This video segment examines ethanol, a cleaner-burning fuel alternative to gasoline, and the efforts to produce it more efficiently.

This is a hands-on inquiry activity using zip-lock plastic bags that allows students to observe the process of fermentation and the challenge of producing ethanol from cellulosic sources. Students are asked to predict outcomes and check their observations with their predictions. Teachers can easily adapt to materials and specific classroom issues.

This applet is an ocean acidification grapher that allows user to plot changes in atmospheric C02 against ocean pH, from 1988 to 2009, in the central North Pacific.

This is a National Geographic short video that briefly describes how succulent plants in the South African Karoo biome are dying off due to changes in climate.

In this activity, students calculate temperatures during a time in the geologic record when rapid warming occurred using a well known method called 'leaf-margin analysis.' Students determine the percentage of the species that have leaves with smooth edges, as opposed to toothed, or jagged, edges. Facsimiles of fossil leaves from two collection sites are examined, categorized, and the data is plugged into an equation to provide an estimate of paleotemperature for two sites in the Bighorn Basin. It also introduces students to a Smithsonian scientist who worked on the excavation sites and did the analysis.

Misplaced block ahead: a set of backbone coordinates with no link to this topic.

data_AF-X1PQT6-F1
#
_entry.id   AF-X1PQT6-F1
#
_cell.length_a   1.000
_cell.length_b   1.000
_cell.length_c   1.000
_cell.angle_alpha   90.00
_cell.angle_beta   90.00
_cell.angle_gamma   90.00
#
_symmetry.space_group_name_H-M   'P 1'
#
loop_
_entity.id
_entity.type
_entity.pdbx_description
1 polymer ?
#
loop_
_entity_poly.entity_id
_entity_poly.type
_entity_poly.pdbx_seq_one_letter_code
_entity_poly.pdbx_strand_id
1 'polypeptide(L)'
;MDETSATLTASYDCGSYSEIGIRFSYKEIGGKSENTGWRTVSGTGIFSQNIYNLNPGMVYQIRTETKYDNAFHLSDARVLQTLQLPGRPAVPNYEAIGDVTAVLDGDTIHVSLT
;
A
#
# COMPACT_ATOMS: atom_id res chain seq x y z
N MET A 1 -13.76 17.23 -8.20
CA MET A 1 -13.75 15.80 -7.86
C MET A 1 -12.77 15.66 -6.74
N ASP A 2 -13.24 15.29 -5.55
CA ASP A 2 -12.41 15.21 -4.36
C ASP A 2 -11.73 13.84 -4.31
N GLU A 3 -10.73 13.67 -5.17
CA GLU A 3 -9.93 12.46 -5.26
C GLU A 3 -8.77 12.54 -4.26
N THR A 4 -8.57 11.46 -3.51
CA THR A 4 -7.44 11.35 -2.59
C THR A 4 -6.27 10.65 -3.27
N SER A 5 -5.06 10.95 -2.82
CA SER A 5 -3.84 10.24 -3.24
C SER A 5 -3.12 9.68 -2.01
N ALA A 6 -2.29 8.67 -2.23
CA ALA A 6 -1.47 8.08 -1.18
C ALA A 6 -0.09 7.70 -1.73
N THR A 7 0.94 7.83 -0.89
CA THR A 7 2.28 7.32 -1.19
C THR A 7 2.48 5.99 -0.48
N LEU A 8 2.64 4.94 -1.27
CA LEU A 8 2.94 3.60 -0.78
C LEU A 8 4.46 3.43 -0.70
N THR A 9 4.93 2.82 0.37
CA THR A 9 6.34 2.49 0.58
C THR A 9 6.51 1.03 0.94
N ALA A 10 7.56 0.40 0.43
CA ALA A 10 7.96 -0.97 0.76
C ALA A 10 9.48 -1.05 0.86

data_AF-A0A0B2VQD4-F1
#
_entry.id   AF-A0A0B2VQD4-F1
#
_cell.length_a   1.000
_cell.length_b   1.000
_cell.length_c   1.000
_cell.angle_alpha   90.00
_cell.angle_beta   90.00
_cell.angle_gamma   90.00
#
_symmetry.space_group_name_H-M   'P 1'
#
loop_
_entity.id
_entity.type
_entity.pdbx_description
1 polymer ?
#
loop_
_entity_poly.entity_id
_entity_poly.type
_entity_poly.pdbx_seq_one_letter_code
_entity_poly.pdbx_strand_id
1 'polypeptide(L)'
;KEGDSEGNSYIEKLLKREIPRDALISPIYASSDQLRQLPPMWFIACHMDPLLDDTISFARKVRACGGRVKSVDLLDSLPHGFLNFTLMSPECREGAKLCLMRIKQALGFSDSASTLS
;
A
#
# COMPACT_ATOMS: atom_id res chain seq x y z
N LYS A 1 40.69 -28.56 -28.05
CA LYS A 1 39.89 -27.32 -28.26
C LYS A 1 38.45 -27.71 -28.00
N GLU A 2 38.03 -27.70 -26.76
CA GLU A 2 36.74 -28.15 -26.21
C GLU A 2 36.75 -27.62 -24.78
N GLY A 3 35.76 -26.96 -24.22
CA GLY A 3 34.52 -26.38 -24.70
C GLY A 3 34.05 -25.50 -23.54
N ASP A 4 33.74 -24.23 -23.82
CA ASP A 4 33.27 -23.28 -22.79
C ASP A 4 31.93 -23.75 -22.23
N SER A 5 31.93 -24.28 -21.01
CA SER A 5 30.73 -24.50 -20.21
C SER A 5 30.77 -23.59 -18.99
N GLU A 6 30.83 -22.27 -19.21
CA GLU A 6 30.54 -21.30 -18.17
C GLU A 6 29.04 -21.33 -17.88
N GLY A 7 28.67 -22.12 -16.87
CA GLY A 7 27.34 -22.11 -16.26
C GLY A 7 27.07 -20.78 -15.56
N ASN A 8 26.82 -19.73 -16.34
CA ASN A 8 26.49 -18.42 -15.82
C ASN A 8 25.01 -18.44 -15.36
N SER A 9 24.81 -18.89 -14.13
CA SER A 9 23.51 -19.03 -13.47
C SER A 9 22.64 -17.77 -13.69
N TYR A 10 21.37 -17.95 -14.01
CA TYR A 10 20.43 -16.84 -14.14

This video segment from 'Earth: The Operators' Manual' explores how we know that today's increased levels of CO2 are caused by humans burning fossil fuels and not by some natural process, such as volcanic out-gassing. Climate scientist Richard Alley provides a detailed step-by-step explanation that examines the physics and chemistry of different "flavors," or isotopes, of carbon in Earth's atmosphere.

This NASA video discusses the impacts of the sun's energy, Earth's reflectance and greenhouse gases on the Earth System.

This interactive visualization describes how climatologists obtain and interpret evidence from the Greenland Ice Sheet in an effort to piece together a picture of Earth's distant climate history. Resource describes how glaciers form and how they can be used to collect ancient atmospheric data. The issues analyzed in the data collection are particularly good in showing how science is done in the field.

This 3-part interactive and virtual lab activity examines the life cycle of the sea urchin, and how the increasing acidity of the ocean affects their larval development.

This visualization focuses on public acceptance of climate science. The set of interactive maps illustrates public opinion on a variety of climate beliefs, risk perceptions, and policy support. The data is from the Yale Project on Climate Communication.